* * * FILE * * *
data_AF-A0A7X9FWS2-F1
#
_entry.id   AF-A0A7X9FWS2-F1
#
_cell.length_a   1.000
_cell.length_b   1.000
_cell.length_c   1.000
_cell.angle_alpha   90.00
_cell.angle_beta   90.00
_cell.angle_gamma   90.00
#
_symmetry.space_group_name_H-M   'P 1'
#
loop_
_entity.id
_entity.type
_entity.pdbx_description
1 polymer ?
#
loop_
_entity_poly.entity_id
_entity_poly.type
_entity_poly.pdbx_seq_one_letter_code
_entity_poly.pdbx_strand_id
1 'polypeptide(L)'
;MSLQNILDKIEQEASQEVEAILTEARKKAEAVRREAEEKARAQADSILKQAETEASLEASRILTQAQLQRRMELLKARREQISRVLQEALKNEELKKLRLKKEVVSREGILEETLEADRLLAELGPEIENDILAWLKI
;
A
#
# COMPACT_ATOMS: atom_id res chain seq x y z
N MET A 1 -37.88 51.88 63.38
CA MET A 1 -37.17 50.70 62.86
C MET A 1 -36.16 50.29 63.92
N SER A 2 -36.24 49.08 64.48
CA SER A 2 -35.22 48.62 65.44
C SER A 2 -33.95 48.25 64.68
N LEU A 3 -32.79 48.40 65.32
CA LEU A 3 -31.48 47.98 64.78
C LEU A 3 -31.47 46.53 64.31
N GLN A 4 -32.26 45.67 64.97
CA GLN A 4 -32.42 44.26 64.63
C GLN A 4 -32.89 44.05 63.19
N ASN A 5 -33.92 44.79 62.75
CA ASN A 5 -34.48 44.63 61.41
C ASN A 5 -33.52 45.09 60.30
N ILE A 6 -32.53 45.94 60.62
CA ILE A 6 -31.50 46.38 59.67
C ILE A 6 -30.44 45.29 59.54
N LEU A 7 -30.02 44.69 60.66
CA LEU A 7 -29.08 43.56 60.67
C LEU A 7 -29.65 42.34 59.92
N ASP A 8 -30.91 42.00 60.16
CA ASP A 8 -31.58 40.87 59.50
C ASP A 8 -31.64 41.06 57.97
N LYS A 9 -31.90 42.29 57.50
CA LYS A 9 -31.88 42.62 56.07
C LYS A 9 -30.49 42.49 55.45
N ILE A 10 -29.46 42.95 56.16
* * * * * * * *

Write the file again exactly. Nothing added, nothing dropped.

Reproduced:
data_AF-A0A7X9FWS2-F1
#
_entry.id   AF-A0A7X9FWS2-F1
#
_cell.length_a   1.000
_cell.length_b   1.000
_cell.length_c   1.000
_cell.angle_alpha   90.00
_cell.angle_beta   90.00
_cell.angle_gamma   90.00
#
_symmetry.space_group_name_H-M   'P 1'
#
loop_
_entity.id
_entity.type
_entity.pdbx_description
1 polymer ?
#
loop_
_entity_poly.entity_id
_entity_poly.type
_entity_poly.pdbx_seq_one_letter_code
_entity_poly.pdbx_strand_id
1 'polypeptide(L)'
;MSLQNILDKIEQEASQEVEAILTEARKKAEAVRREAEEKARAQADSILKQAETEASLEASRILTQAQLQRRMELLKARREQISRVLQEALKNEELKKLRLKKEVVSREGILEETLEADRLLAELGPEIENDILAWLKI
;
A
#
# COMPACT_ATOMS: atom_id res chain seq x y z
N MET A 1 -37.88 51.88 63.38
CA MET A 1 -37.17 50.70 62.86
C MET A 1 -36.16 50.29 63.92
N SER A 2 -36.24 49.08 64.48
CA SER A 2 -35.22 48.62 65.44
C SER A 2 -33.95 48.25 64.68
N LEU A 3 -32.79 48.40 65.32
CA LEU A 3 -31.48 47.98 64.78
C LEU A 3 -31.47 46.53 64.31
N GLN A 4 -32.26 45.67 64.97
CA GLN A 4 -32.42 44.26 64.63
C GLN A 4 -32.89 44.05 63.19
N ASN A 5 -33.92 44.79 62.75
CA ASN A 5 -34.48 44.63 61.41
C ASN A 5 -33.52 45.09 60.30
N ILE A 6 -32.53 45.94 60.62
CA ILE A 6 -31.50 46.38 59.67
C ILE A 6 -30.44 45.29 59.54
N LEU A 7 -30.02 44.69 60.66
CA LEU A 7 -29.08 43.56 60.67
C LEU A 7 -29.65 42.34 59.92
N ASP A 8 -30.91 42.00 60.16
CA ASP A 8 -31.58 40.87 59.50
C ASP A 8 -31.64 41.06 57.97
N LYS A 9 -31.90 42.29 57.50
CA LYS A 9 -31.88 42.62 56.07
C LYS A 9 -30.49 42.49 55.45
N ILE A 10 -29.46 42.95 56.16